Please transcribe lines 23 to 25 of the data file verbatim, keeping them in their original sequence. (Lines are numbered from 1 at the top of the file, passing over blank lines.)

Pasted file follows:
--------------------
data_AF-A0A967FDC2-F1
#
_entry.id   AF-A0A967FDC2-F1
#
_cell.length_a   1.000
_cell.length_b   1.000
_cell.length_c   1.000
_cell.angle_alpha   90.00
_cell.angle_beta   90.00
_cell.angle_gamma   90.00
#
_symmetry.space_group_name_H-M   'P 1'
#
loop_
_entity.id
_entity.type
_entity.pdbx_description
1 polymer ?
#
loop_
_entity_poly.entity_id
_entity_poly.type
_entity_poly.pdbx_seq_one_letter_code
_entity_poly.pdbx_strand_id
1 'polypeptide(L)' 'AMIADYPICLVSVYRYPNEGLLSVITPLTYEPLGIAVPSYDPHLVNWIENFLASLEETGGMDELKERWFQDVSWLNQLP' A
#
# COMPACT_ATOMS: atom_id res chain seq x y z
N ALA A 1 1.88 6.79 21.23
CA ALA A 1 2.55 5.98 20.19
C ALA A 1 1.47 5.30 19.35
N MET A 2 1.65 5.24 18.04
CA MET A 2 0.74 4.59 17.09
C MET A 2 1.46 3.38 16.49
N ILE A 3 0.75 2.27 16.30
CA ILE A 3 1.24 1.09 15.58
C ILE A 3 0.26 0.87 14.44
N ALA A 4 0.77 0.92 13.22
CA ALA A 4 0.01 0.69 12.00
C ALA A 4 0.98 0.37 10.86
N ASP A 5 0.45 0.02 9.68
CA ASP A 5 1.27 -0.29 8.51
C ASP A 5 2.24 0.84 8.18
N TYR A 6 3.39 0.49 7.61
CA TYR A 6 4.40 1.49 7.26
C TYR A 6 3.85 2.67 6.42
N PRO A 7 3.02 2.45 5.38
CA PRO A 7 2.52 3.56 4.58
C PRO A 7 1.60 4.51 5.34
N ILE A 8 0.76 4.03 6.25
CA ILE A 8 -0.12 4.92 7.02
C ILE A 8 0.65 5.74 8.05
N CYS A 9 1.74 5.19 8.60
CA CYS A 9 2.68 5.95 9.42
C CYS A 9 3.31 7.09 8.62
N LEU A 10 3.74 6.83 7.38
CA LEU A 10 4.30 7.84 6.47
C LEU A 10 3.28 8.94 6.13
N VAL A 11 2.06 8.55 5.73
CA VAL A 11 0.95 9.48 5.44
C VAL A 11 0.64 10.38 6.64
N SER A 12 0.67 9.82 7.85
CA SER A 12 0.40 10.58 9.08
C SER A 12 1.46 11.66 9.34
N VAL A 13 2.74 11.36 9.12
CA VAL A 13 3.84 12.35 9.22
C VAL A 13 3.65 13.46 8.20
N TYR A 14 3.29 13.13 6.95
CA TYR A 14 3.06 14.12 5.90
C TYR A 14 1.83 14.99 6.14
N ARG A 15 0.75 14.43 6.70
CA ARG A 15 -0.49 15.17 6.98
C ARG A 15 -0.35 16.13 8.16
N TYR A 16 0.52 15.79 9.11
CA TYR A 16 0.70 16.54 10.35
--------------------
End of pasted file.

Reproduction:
_entity_poly.pdbx_seq_one_letter_code
_entity_poly.pdbx_strand_id
1 'polypeptide(L)' 'AMIADYPICLVSVYRYPNEGLLSVITPLTYEPLGIAVPSYDPHLVNWIENFLASLEETGGMDELKERWFQDVSWLNQLP' A